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Ask Carb Diva: Questions & Answers about Foods, Recipes, & Cooking, #55

Updated on February 19, 2019
Carb Diva profile image

Linda explores food facts, folklore, and fabulous recipes, one ingredient at a time.

I'm So Excited!

As I write this article, a backhoe is preparing the space where we will soon have sidewalks and a patio. And, after a quarter of a century, we are upgrading from a gravel driveway to poured concrete. No more weeding the space from the road to the garage. {{Happy dance!!}}

Well, needless to say, it's a bit noisy around here. I'm glad I have this article to write; it provides some distraction (and keeps me from wincing every time my favorite rhododendron gets run over).

So, without further ado, let's look at what Miss Kitty found in the mailbox this week.

How To Use Up Mangoes

I have recently been experimenting with different combinations of fruit for juices. Just today I had cantaloupe and those sour tangerines I mentioned ages ago. It was a tasty combination.

In a month or two I will have more mangoes than I can cope with. Mango juice on its own can get boring, any suggestions.


Mary, moderation in everything, right? I'm sure even something as luscious as mango can get to be "too much of a good thing." Let's explore how you can use up those golden orbs:

  • Spice it up—Forget about tomatoes. A salsa of jalapeno peppers, onion, cilantro and mango can make a wonderful sweet-hot condiment for chicken and pork.
  • Freeze it—You can puree the pulp and freeze it for a granita-like treat. Stir in some yogurt and your freeze will be creamier, like a Popsicle.
  • Make it smooth—Combine mango chunks with Greek yogurt, coconut milk and lime juice for a smoothie. Or try this one from SeriousEats which combines mango, avocado, and unsweetened coconut water.
  • Dry it—Turn your ripe mangos into fruit leather. It's a great way of preserving the flavor, it's healthy, and you DON'T need a food dehydrator. Here's a link for an easy-do-to recipe.

Juice Blend Ideas

Also, other juice combinations besides mango would be great.

I can handle that. Here are a few:

  • strawberries, blueberries, raspberries, and apple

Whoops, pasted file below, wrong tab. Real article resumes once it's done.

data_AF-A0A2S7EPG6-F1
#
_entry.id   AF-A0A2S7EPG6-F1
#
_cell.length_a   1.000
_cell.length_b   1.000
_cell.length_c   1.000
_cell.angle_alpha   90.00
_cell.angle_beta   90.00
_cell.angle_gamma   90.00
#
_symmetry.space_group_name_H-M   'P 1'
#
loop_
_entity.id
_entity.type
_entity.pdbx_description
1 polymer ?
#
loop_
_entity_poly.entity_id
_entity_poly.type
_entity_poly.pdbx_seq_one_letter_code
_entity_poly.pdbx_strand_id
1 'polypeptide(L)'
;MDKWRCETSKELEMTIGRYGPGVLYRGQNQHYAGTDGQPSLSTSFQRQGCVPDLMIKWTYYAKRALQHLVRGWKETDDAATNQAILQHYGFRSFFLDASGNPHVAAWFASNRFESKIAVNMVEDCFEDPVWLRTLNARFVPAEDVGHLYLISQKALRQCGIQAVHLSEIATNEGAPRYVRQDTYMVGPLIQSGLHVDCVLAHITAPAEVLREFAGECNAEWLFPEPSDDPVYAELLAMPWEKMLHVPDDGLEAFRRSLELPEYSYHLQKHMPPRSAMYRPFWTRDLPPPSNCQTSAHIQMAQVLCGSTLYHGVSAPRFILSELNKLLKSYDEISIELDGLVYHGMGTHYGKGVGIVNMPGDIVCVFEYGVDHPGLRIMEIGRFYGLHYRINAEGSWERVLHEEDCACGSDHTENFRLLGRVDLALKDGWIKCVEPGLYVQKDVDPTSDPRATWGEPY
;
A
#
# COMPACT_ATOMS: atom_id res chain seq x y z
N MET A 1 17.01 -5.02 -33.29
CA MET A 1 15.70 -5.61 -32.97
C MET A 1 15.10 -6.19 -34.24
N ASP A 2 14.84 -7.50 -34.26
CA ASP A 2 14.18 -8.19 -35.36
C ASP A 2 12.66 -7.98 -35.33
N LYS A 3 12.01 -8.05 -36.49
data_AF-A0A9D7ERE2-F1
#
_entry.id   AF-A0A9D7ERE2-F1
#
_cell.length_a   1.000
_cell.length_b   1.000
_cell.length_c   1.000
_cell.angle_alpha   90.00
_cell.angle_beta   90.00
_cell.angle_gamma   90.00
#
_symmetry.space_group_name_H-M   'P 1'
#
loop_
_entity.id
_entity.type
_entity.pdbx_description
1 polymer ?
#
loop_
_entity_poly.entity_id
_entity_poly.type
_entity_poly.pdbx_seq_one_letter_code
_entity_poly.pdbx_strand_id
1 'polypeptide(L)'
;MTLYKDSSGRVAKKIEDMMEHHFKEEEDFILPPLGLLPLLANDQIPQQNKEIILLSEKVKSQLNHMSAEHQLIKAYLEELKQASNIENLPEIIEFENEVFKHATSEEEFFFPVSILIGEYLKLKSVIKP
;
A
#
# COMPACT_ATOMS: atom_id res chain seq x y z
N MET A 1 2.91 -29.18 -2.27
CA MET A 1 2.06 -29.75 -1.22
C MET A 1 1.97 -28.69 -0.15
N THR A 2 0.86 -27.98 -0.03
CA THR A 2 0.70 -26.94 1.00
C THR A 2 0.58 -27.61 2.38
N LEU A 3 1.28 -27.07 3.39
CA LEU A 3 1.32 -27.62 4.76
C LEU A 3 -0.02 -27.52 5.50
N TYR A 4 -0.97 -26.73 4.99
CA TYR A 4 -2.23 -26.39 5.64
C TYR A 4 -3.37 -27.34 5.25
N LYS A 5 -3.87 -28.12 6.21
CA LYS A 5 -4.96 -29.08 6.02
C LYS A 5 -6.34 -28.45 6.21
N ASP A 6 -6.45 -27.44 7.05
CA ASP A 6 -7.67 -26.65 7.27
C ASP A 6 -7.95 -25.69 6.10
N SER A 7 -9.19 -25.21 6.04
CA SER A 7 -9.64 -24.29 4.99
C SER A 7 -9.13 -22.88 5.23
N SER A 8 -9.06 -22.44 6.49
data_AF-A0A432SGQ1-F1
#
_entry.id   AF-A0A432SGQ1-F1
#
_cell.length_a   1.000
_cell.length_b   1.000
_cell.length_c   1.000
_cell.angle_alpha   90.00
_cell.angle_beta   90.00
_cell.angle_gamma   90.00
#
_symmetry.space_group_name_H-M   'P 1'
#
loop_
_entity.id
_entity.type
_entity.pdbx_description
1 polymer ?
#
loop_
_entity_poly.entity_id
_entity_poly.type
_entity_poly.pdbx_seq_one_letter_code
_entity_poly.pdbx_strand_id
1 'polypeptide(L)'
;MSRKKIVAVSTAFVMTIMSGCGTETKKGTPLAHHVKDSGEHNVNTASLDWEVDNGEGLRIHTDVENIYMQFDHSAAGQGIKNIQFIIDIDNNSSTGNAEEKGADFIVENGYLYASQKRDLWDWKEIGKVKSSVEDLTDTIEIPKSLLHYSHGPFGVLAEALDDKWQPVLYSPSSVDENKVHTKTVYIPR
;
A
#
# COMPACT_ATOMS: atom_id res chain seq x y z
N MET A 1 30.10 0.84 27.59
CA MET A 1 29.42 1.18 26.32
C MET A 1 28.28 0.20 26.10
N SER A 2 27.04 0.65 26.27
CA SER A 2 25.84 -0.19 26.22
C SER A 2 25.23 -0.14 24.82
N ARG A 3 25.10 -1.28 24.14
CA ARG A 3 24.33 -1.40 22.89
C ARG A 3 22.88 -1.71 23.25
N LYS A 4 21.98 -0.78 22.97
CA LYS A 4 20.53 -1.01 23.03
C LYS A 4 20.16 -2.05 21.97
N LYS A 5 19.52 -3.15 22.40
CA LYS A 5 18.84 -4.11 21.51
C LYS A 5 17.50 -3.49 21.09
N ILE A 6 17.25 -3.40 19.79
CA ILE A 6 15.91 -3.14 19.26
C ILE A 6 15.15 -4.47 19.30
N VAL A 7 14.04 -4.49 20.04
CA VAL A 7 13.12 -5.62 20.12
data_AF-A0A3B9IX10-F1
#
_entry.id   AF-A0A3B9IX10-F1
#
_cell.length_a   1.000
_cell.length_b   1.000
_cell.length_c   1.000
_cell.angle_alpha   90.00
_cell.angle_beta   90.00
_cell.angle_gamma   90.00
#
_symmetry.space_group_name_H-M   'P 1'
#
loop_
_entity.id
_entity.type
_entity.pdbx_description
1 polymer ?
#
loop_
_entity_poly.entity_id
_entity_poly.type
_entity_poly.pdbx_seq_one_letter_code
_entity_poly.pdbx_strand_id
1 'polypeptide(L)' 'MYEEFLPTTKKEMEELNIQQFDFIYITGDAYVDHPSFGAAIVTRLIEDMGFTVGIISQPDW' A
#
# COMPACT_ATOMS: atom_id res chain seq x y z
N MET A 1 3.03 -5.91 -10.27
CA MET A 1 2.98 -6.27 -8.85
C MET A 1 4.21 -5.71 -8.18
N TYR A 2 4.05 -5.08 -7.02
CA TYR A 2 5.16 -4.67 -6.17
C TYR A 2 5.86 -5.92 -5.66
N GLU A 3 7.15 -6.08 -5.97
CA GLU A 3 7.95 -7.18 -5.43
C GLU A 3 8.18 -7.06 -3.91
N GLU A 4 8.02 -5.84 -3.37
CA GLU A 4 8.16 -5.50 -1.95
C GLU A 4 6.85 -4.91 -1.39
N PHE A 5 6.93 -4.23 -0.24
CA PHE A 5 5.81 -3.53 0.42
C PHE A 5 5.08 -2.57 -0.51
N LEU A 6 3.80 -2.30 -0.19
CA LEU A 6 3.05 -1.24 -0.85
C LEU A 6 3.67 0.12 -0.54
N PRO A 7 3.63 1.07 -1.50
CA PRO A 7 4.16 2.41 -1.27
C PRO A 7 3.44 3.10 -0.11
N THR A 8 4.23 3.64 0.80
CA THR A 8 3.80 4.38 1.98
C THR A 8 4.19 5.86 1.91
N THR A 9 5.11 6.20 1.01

• kiwis, pears, and apple
  • cranberry, carrot, apple
  • apple, cucumber
  • pineapple, cranberry, apple
  • apple, watermelon
  • strawberry, grape, orange
  • peach, apricot, grape
  • pomegranate, apple
  • and, here's a link to even more ideas!

Gazpacho, Ceviche and Poke—What's the Difference?

Linda, I am sorry to bother you again but the soup stuff got me wondering of two "dishes"? Now, what is the difference between Ceviche perhaps a cocktail and Gazpacho a soup? I note you can call Ceviche a cocktail. What is what with these classifications

Click thumbnail to view full-size
cevichegazpachotuna poke
ceviche | Source
tuna poke
tuna poke

Eric ceviche and gazpacho are both delightful-sounding names, but the only thing that unites them is that they both contain an acid of some kind.

About one year ago I wrote "Exploring Gazpacho: The Salad in a Glass" and that article featured an authentic Spanish gazpacho (gauze-PAW-cho) and then some fun variations. Cucumbers, onions, and garlic get a zing of flavor with fresh tomatoes and apple cider vinegar. The link for that authentic recipe is here.

Ceviche (say-VEE-chay) is an appetizer or light brunch/lunch dish of fresh raw seafood that is "cooked" in an acidic food, typically citrus. (Snapper, halibut, and shrimp are great.)

But don't make the mistake of thinking that any type of seafood can be turned into ceviche. Although citrus juice cures the meat, making it appear cooked, it does not kill parasites or worms that might be present. Take a look at a sushi bar and you will notice which fish are suitable candidates and which are not (notable by their absence). This article from HonestFoodDOTNet explains how to keep you and your family safe if you decide to make your own ceviche.

You didn't ask about poke (POH-kay) but it has become the IN thing, at least where I live. Poke is a sushi-grade raw ahi tuna dish from Hawaii. Here's a great recipe from the blog BaconIsMagic (don't you love that name?). They provide the photo above too.

Questions About Pure Cane Sugar